Wednesday, February 16, 2011

O-Pee-Chee Baseball Cards

1965 OPC # 207 Rose
Foreign cards do not always fare well in the competitive sports card market, but the O-Pee-Chee brand has remained extremely popular. The first O-Pee-Chee set was printed by the O-Pee-Chee company of London, Ontario in 1934. The O-Pee-Chee Gum Company had survived both world wars and was a popular gum and candy manufacturer in Canada. The 1934 V94, or “Butterfinger” set was very similar to the R310 set by the same name, which released at the same time in the United States. The V300 set was then released three years later in 1937. It was strikingly similar to the R318 Batter-Up set. This early pattern of making small changes to the American sets and releasing them in Canada would continue into the 20th century.

1971 OPC # 513 Ryan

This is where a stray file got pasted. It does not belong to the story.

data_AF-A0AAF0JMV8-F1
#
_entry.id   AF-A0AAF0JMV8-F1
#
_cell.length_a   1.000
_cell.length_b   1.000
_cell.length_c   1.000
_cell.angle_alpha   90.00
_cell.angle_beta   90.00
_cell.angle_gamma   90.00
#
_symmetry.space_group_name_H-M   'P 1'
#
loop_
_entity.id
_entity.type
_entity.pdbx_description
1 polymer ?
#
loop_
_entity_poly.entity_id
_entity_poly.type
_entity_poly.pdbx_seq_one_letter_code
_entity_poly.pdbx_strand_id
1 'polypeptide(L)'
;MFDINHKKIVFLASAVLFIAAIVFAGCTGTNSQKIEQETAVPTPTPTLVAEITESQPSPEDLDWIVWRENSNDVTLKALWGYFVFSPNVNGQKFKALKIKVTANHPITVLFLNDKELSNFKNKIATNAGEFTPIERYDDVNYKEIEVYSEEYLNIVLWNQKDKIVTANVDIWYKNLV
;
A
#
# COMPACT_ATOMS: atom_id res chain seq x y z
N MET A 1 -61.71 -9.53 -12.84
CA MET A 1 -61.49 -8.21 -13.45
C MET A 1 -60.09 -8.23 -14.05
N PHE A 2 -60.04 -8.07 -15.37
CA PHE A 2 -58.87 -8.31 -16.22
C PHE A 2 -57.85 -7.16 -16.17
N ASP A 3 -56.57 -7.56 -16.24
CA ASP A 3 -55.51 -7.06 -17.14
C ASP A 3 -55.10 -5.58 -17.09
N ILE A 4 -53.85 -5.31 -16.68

In 1958, Topps signed an agreement with the O-Pee-Chee Gum Company that allowed Topps to sell hockey cards, which remain popular today. In 1965, Topps licensed the O-Pee-Chee Gum Company to sell baseball cards with Topps’ design. In 1970, the Canadian government passed a federal regulation requiring all media, including baseball cards, to include a French translation. Today, vintage O-Pee-Chee cards are easily identified by their card stock, which frays easily. The card stock also has a dark or grey appearance that sets it apart from the regular Topps’ issue. The Upper Deck company bought the O-Pee-Chee name in 2006. Fortunately for hockey card collectors, they retained their hockey licensing, allowing hockey cards to be printed with the O-Pee-Chee name.